In terms of sound, the iPhone SE’s aren’t the loudest you’ll find, and once again there’s no headphone jack. A pair of EarPods are included in the box that connect to the phone’s lightning port, but Apple would much rather you plump for a pair of AirPods instead.
iPhone SE review: Camera
- One 12MP lens on the back, one 17MP lens on the front
- No Night Mode
The iPhone SE’s camera module is formed of just one lens, losing the multiple choices for photos that iPhone 11 and 11 Pro owners enjoy, but it holds its own by offering plenty of features.
For one, the 12MP sensor offers Smart HDR, optical image stabilization, and portrait mode with multiple lighting options built-in. It’s also capable of recording 4K video, and slo-mo video, too.
The biggest disappointment here is the lack of Night Mode, a feature that made its debut on the iPhone 11. Its absence here makes taking a photo in low-light conditions a gamble and feels bizarre given early reports suggest this is an iOS-based restriction. Here’s hoping a firmware update eventually unlocks this functionality.
The 7MP front-facing camera also offers portrait mode and multiple lighting modes, as well as HDR. If you’re currently in the midst of endless Zoom and FaceTime meetings, it’ll more than do the trick.
iPhone SE review: Software and assistant features
- iOS remains secure and stable
- Siri lags behind many assistants
As we noted in our iPhone 11 review, iOS 13 has grown into a solid release for Apple, and when it runs on the A13 Bionic chip in the iPhone SE, it feels buttery smooth.
iOS 13 adds a dark mode, revamped photos and reminders apps, a swipe-based keyboard, and comes preinstalled on the iPhone SE.
As solid as iOS 13 is, Siri continues to feel increasingly adrift of other smart assistants. With limited responses to many seemingly standard questions and a penchant for spending a fair amount of time looking something up only to ask you to repeat your question, Siri pales in comparison to Google Assistant and Amazon’s Alexa.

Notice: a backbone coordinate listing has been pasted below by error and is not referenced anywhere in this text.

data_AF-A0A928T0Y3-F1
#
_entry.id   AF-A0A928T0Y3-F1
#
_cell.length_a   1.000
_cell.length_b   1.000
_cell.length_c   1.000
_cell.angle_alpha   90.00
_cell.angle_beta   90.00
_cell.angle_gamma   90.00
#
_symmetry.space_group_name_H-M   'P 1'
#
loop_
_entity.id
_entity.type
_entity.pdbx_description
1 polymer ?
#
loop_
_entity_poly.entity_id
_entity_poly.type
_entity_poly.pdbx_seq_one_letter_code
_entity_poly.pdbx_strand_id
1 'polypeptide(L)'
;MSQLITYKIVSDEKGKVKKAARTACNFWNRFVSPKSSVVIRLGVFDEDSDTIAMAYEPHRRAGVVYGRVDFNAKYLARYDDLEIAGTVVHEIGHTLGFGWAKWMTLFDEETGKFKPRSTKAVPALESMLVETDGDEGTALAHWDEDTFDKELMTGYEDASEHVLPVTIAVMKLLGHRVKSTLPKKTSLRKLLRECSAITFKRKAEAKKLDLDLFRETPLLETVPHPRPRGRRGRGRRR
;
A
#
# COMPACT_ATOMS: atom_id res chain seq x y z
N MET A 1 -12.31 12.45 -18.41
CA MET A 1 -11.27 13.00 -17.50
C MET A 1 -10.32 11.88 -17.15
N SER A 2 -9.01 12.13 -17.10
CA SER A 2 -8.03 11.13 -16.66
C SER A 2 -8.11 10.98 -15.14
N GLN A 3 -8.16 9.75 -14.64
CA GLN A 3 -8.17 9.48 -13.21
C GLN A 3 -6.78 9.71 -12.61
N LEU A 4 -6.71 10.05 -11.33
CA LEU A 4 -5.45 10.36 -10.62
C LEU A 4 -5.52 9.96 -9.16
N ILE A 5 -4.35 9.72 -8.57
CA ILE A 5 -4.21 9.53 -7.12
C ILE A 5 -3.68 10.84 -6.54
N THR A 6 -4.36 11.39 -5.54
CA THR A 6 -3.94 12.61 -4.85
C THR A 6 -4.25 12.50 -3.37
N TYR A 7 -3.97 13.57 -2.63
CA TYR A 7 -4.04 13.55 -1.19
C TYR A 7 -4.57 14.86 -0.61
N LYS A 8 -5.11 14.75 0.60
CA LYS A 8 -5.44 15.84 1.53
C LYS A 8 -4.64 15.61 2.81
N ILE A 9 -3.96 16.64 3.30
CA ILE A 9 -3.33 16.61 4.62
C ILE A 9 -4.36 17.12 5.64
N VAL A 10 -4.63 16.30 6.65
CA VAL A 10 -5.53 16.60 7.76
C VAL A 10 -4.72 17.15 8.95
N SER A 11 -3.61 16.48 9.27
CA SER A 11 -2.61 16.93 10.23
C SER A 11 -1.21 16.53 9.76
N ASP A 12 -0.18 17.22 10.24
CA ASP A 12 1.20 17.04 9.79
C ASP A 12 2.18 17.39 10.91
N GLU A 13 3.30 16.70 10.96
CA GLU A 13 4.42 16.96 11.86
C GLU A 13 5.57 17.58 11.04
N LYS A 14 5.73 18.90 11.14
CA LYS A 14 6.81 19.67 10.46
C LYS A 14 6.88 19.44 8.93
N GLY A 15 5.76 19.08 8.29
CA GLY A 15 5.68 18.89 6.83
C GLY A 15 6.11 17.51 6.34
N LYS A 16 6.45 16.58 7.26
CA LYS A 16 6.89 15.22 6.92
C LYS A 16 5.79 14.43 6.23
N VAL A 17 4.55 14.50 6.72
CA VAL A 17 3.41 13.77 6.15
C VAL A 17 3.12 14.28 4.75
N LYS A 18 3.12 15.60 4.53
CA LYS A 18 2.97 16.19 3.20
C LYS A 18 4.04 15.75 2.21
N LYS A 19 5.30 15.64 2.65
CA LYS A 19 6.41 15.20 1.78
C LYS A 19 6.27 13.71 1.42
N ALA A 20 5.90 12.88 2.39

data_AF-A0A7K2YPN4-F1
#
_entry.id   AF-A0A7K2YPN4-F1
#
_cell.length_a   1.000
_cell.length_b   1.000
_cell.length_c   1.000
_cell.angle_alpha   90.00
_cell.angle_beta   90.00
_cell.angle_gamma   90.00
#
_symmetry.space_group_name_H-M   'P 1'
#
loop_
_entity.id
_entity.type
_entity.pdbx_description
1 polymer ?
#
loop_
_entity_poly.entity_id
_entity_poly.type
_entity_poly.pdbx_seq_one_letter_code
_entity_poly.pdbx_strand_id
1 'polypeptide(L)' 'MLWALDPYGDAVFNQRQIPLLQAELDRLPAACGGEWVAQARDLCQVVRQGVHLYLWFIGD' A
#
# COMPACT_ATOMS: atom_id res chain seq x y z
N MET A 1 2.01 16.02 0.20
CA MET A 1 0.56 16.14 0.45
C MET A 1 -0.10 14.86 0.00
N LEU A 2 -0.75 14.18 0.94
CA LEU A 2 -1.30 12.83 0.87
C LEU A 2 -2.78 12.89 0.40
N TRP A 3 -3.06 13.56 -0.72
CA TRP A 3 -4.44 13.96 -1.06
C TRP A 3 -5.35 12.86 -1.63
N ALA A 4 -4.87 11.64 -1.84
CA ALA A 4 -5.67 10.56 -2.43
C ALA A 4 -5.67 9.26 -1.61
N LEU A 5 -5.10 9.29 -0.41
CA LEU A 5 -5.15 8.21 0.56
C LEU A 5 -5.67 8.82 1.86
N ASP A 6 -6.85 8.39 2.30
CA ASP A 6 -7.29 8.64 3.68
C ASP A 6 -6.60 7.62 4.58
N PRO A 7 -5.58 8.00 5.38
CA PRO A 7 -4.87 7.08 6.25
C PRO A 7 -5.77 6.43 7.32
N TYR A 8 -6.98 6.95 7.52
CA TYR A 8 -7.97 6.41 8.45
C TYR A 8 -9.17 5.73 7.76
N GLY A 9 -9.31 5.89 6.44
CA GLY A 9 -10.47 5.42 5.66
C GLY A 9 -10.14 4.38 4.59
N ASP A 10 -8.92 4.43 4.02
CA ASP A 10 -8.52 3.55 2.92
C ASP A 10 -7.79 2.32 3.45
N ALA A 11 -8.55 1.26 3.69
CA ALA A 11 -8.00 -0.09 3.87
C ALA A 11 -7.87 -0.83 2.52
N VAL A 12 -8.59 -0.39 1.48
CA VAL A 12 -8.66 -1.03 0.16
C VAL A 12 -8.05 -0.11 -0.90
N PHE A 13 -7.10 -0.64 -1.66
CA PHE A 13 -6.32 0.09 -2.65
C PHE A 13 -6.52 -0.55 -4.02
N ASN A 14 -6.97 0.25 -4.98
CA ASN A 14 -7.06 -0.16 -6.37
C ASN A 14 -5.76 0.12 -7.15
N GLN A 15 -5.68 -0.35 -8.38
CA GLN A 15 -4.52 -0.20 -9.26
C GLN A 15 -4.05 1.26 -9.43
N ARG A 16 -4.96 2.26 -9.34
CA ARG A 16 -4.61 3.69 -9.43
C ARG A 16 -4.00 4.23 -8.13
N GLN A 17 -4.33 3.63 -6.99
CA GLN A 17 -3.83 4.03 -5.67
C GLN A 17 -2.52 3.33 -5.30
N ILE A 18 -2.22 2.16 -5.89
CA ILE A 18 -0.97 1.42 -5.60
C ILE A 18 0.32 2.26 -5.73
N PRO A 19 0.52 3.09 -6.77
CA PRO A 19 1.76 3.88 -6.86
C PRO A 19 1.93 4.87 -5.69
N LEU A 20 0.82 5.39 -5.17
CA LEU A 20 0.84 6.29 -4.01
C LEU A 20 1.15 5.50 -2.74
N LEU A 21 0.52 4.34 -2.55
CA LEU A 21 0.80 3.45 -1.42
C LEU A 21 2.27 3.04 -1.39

Here’s hoping iOS 14 brings a much-needed facelift to Apple’s assistant – especially given they were one of the first to jump on the emerging trend.
iPhone SE review: Security
- TouchID works well
- Sign in with Apple prevents websites from accessing your data
While other Apple phones (and some tablets) have moved to FaceID technology to unlock them, the iPhone SE returns to the classic TouchID.
Embedded in the home button, unlocking the phone is as easy as resting your thumb or finger on the home button. Don’t worry, if you’re wearing gloves you can still opt for your passcode instead.
Setting up TouchID is simple when booting up the phone for the first time, and even though it’s been a few years since the technology debuted, it remains strangely magical.
As an added bonus, iOS 13 lets you sign in to websites using your Apple ID to prevent them from harvesting your data or pestering you with emails. In fact, it’ll even create a ‘spoof’ address that those nuisance emails go to so that your actual inbox remains clear.
Should you buy the iPhone SE?
If you’re not likely to take plenty of photos and are after a small device, the iPhone SE (2020) is an easy recommendation. In fact, at the price point, it blows similarly affordable Android phones out of the water in terms of both performance and compatibility. If you’re looking for a larger screen and a better camera, as well as a much more current design, however, we’d have to plump for the iPhone 11.